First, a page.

Monthly Archives: September 2012

M Is for Meme

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Meme can be defined as “an idea, behavior or style that spreads from person to person within a culture”—a unit of cultural transmission, or perhaps one of repetition or imitation.

According to Cecil Adams of theStraightDope.com, the concept of memes “is either really deep, or really, really obvious.”

A politician’s gaffe, a viral video, a popular hashtag, a cute shared photo can now with the speed of light become a meme via the internet.

I have yet to have any quote or tweet of mine become a meme—and usually I am quoting someone else, anyway, as in my “Reasons for Living” tweets.

Nevertheless, I enjoy sharing what I feel are significant points that can be picked from well-written articles and books that come into my life. It is a challenge to condense and convey them in a way that does not oversimplify or distort, while piquing interest—and perhaps leading someone to check out the source.

Recent tweets I’ve posted that I would love to become memes are:

All authentic moral action results from opening to the higher forces within and above the individual self. —Jacob Needleman in A Little Book on Love.

The universe seemed sometimes to relax a little, to permit a little grace to be wrung from it. —Charles Williams in War in Heaven. 

The wise remain silent until the right moment, but a boasting fool misses the right moment (Sirach 20:1).

No conscious act is ever wasted. Pure acts of compassion or attention always affect something at the planetary level. —Cynthia Bourgeault in Mystical Hope.

Our creative struggle, our search for wisdom and truth, is a love story. —Iris Murdoch.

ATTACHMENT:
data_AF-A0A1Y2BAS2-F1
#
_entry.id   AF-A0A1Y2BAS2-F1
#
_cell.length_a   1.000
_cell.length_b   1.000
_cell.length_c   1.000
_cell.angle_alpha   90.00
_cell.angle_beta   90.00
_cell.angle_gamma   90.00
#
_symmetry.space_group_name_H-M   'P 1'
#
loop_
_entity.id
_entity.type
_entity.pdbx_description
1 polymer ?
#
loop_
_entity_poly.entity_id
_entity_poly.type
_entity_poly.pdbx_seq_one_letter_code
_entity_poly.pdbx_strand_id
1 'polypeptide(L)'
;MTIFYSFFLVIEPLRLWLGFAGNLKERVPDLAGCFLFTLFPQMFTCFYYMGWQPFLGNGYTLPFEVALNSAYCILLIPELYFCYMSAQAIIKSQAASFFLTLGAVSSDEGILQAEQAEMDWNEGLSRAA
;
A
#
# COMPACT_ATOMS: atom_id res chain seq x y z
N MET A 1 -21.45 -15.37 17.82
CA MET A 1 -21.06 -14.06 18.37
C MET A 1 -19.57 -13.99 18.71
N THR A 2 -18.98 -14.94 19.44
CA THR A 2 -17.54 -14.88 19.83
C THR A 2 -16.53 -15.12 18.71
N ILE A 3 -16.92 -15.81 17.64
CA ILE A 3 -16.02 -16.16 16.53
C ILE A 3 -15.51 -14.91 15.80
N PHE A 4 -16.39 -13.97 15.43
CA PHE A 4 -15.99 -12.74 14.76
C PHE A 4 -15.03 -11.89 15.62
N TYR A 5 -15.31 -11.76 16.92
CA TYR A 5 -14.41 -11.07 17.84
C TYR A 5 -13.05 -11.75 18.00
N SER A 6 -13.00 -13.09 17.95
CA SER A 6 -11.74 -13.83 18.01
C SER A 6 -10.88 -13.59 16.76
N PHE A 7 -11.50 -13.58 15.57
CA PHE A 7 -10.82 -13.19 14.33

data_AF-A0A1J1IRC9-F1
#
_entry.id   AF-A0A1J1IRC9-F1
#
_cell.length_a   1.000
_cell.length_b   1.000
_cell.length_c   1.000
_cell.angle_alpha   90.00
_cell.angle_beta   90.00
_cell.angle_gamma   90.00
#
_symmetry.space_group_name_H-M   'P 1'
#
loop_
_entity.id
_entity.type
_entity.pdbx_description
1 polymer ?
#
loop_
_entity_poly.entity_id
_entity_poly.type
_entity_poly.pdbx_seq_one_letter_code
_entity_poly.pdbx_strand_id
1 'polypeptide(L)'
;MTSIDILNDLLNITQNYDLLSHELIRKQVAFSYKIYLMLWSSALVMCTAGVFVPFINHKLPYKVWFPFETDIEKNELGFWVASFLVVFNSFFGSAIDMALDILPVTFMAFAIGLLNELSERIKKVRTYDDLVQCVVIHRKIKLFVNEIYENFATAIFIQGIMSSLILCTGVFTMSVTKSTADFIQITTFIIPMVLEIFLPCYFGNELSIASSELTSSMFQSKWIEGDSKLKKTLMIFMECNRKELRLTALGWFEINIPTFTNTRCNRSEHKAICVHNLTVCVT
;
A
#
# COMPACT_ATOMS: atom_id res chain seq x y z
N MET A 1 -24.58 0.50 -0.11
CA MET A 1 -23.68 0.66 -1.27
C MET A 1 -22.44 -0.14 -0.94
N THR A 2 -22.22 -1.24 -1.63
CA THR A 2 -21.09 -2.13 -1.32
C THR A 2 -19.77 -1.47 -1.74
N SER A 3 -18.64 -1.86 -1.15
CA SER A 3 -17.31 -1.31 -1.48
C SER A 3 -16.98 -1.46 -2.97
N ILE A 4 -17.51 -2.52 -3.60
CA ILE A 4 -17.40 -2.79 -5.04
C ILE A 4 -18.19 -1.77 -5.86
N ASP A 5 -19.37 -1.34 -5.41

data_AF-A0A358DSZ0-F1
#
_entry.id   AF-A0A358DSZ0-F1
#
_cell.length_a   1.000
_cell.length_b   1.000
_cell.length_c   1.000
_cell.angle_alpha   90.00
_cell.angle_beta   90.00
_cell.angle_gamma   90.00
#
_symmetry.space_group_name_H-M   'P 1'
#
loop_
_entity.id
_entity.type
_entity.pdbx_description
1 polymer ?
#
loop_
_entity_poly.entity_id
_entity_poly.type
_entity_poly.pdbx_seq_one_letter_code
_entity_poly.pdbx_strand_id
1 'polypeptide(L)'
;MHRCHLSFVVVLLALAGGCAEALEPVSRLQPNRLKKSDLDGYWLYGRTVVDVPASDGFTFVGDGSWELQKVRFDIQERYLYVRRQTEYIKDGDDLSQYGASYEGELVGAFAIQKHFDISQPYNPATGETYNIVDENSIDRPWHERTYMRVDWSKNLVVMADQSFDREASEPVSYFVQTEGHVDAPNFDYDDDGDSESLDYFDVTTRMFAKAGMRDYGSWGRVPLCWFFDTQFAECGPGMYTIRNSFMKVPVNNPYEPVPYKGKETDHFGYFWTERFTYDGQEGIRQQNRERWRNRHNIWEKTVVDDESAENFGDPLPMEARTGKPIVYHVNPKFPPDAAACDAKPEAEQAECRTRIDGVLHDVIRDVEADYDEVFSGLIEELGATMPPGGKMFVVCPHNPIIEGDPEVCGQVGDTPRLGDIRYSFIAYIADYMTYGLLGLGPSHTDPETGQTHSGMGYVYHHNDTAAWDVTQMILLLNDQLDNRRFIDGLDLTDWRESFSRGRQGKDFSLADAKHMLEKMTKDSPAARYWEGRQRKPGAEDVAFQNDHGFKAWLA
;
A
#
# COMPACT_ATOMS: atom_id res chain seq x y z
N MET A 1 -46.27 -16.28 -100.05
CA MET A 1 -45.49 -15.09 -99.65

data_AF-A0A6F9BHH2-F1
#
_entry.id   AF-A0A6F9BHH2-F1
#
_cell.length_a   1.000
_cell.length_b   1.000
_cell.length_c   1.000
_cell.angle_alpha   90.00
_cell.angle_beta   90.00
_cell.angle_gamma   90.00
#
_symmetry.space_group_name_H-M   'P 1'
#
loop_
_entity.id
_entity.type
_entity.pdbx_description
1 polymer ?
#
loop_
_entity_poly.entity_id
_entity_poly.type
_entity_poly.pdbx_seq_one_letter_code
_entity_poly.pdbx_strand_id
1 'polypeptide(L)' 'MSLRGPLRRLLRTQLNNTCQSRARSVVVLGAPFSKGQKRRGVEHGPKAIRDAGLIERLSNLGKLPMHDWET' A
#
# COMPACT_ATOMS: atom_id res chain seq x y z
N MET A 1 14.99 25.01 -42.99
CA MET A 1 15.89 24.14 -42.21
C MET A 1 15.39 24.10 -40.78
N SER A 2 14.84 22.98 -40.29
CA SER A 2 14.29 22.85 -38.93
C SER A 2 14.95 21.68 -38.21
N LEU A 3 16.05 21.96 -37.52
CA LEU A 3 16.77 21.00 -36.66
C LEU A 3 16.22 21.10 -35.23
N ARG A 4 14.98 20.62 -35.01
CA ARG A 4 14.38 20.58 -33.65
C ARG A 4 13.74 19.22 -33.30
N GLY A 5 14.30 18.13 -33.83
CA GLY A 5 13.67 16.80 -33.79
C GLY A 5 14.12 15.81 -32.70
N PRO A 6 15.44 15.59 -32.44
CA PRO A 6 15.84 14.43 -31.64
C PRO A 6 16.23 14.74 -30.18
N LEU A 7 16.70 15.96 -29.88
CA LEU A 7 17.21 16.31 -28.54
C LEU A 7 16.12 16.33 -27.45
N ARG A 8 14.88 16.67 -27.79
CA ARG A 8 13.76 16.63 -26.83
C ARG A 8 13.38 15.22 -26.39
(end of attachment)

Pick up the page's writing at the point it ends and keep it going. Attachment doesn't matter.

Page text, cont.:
The unity that occupied Bede Griffiths’ thinking and energized his ministry—what the mystics of all religions have known and shared: The unity of the opened heart.

Classics are books that exert a peculiar influence, both when they refuse to be eradicated from the mind and when they conceal themselves in the folds of memory. —Italo Calvino.

Say with each breath “Make me humbler, make me humbler.” When you are small as an atom you will know his glory. —Rumi.

Beauty bears repeating twice and thrice. —Erasmus.

What I call the aerial instinct—the drive to transcend our present condition—is the defining characteristic of a human being. —Sam Keen.

I guess I’d never make it as a bumper sticker creator—but the stretching of language and conceptualization of thought in these “units” of meaning satisfies me and keeps me hungry for further ways to send out memes like messages in a bottle.

How great it is to find that occasionally someone picks one up and then tells me so.

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Dear Miss Marple 3

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Dear Miss Marple,

We love how you use the wisdom of your garden, a wonderful metaphor for growth and discovery, to help solve tangled, often multigenerational village mysteries.

You once described a puzzle of deception in At Bertram’s Hotel: “It is like when you get ground elder really badly in a border. There’s nothing else you can do about it—except dig the whole thing up.”

And dig the whole thing up is what you often do, in your polite but probing procedures (which usually seem personal rather than formal—or is this part of your tidy effectiveness, to hide behind your knitting or gardening or bird-watching until the opportune moment to spring?).

And in your world of St. Mary Mead, despite lovely parish teas and garden parties, there is no telling where evil manipulations might turn up next. You show us how, as in Jesus’ parable of the wheat and the weeds—it might not be desirable to pull up the weeds too soon or the wheat could be damaged as well.